A Letter From Bruce Richard

 

3 January 2016

 

To the Grand Rapids Symphony Board of Directors,

 

My name is Bruce Richards, and I am a professional horn player from Michigan. I was raised in Kalamazoo and received my Bachelor’s Degree from Western Michigan University in the mid 80s. Growing up in Western Michigan, my family and I were constant concert goers in Kalamazoo, Detroit, Chicago and Grand Rapids. We often went to Grand Rapids as the closest option for our classical music and culture fix. West Michigan is blessed with an abundance of colleges and universities which bring so muchculture to all its residents. This quality in higher education and cultural offerings are beacons for families and businesses, and…

 

The Grand Rapids Symphony has been at the heart of everything cultural that Grand Rapids has to offer.

 

I currently live and work in Liège, Belgium. Liège is a city with more, or less, the same population as Grand Rapids. It has a cultural tradition which is centuries older than Grand Rapids, and maybe this is the problem. Do we place the arts, and the fine arts in particular, at the heart of our community? Do we value it as much as other activities? Does it deserve the same respect, the same devotion, the same passion as other parts of society? I believe it does.

 

The musicians of the Grand Rapids Symphony are an investment, an investment in Grand Rapids’ future. In 1991 I auditioned for the post of Principal French Horn with the Grand Rapids Symphony. I made it into the final round and had great hopes of playing in, effectively, my hometown symphony. It would have meant the world to me to be able to perform, and make my living locally. It didn’t come to pass, but that didn’t change the fact that Grand Rapids was a destination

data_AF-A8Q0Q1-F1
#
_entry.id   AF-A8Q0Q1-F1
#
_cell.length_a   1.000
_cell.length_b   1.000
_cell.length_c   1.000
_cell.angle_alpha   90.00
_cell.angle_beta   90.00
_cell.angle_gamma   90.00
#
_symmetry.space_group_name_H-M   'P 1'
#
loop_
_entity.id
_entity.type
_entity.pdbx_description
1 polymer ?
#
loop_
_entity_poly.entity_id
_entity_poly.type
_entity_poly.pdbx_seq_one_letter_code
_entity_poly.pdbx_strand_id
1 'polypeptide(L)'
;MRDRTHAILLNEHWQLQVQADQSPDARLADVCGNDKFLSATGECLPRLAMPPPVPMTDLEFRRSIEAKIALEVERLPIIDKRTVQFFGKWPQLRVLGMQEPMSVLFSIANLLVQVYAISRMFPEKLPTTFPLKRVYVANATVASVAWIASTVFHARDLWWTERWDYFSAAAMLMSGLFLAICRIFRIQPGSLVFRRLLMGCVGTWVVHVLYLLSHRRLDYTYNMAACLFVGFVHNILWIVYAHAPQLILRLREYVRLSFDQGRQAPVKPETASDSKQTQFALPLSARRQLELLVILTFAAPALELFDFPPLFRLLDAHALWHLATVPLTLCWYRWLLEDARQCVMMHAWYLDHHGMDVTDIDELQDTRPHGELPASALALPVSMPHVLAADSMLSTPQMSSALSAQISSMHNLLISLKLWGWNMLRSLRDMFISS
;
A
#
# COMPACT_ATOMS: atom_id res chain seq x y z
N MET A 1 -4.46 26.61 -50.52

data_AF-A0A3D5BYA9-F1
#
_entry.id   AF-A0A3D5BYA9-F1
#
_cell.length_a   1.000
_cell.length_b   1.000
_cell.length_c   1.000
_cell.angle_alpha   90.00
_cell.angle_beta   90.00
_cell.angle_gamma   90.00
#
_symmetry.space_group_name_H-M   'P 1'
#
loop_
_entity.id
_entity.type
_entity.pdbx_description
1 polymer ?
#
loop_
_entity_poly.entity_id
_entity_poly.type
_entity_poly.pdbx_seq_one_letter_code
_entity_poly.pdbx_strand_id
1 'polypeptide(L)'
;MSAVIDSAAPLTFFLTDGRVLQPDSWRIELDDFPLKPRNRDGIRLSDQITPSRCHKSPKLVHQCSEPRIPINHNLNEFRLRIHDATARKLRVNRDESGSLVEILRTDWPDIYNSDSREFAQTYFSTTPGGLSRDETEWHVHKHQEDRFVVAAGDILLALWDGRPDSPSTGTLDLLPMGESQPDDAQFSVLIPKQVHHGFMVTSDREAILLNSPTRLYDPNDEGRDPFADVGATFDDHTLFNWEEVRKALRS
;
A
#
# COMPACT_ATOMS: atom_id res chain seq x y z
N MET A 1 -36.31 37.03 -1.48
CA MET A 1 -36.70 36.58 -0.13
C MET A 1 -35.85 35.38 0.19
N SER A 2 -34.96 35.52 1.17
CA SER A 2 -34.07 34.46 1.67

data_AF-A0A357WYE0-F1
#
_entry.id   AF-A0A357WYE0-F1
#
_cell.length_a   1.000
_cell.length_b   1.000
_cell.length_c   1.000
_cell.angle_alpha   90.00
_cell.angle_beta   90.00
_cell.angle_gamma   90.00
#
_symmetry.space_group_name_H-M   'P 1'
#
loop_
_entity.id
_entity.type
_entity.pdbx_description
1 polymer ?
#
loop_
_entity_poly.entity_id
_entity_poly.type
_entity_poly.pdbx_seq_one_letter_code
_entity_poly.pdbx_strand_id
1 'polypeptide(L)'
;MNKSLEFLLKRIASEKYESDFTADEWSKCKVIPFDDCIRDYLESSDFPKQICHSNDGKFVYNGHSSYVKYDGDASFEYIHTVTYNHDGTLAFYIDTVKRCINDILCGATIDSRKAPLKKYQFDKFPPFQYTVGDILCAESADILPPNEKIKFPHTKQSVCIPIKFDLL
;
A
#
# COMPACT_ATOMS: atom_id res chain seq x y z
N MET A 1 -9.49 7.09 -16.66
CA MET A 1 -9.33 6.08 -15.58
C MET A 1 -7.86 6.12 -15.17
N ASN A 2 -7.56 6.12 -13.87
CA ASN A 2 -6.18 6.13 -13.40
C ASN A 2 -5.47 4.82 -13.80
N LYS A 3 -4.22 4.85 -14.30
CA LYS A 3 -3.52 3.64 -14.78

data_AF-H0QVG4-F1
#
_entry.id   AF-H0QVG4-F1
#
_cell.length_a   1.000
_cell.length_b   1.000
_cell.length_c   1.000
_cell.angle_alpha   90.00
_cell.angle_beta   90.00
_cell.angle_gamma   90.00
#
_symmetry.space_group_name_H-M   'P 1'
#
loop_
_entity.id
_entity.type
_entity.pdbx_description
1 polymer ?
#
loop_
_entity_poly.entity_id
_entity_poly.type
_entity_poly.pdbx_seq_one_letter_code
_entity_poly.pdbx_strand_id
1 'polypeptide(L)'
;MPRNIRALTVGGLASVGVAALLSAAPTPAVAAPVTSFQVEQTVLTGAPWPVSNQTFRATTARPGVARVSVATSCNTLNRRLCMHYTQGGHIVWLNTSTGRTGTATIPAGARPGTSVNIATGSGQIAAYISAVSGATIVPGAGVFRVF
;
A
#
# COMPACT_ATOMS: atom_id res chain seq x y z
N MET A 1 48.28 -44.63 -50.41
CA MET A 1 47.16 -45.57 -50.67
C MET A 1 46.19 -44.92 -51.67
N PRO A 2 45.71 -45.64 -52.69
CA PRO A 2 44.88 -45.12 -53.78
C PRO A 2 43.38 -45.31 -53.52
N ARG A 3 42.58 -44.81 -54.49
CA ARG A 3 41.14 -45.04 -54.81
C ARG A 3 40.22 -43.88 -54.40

for professional musicians then, as in the decades that came before. It remains, based upon recent articles in major  newspapers and magazines, an important destination for businesses and families, and it remains a destination for college and university students from all over the world.

 

The Grand Rapids Symphony is part of the DNA of Grand Rapids and West Michigan. Choosing not to grow the orchestra today is an attack to the structure of that DNA because you have come to a fork in the road, and you have two choices. Maintaining the current level is the easy road. The difficult fork in the road is scary, but the rewards are greater. You just have to have the courage.

 

I think Robert Frost said it best,

"I shall be telling this with a sigh

Somewhere ages and ages hence:

Two roads diverged in a wood, and I,

I took the one less traveled by,

And that has made all the difference.”

 

Be brave, be bold, and you will see that YOU made all the difference.

 

Thank you for your time.

 

Sincerely,

Bruce Richards

Co-Principal Horn

Liège Royal Philharmonic Orchestra Liège, Belgium

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